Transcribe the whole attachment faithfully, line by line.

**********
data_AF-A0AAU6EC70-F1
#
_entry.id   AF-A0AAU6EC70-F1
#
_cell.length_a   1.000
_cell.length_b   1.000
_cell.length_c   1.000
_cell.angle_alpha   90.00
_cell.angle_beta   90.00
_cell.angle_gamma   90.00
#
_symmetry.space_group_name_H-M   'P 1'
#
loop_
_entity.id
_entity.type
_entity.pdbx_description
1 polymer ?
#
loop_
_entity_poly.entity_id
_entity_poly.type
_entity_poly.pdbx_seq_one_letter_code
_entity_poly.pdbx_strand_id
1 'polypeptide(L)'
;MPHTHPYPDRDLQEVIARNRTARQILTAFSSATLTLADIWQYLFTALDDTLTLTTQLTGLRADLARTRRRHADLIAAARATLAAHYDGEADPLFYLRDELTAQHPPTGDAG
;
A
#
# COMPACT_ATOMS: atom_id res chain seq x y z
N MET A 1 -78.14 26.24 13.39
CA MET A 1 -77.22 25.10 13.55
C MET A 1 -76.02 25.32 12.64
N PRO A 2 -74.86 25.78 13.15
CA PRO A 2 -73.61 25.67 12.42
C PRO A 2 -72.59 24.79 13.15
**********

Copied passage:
data_AF-A0AAU6EC70-F1
#
_entry.id   AF-A0AAU6EC70-F1
#
_cell.length_a   1.000
_cell.length_b   1.000
_cell.length_c   1.000
_cell.angle_alpha   90.00
_cell.angle_beta   90.00
_cell.angle_gamma   90.00
#
_symmetry.space_group_name_H-M   'P 1'
#
loop_
_entity.id
_entity.type
_entity.pdbx_description
1 polymer ?
#
loop_
_entity_poly.entity_id
_entity_poly.type
_entity_poly.pdbx_seq_one_letter_code
_entity_poly.pdbx_strand_id
1 'polypeptide(L)'
;MPHTHPYPDRDLQEVIARNRTARQILTAFSSATLTLADIWQYLFTALDDTLTLTTQLTGLRADLARTRRRHADLIAAARATLAAHYDGEADPLFYLRDELTAQHPPTGDAG
;
A
#
# COMPACT_ATOMS: atom_id res chain seq x y z
N MET A 1 -78.14 26.24 13.39
CA MET A 1 -77.22 25.10 13.55
C MET A 1 -76.02 25.32 12.64
N PRO A 2 -74.86 25.78 13.15
CA PRO A 2 -73.61 25.67 12.42
C PRO A 2 -72.59 24.79 13.15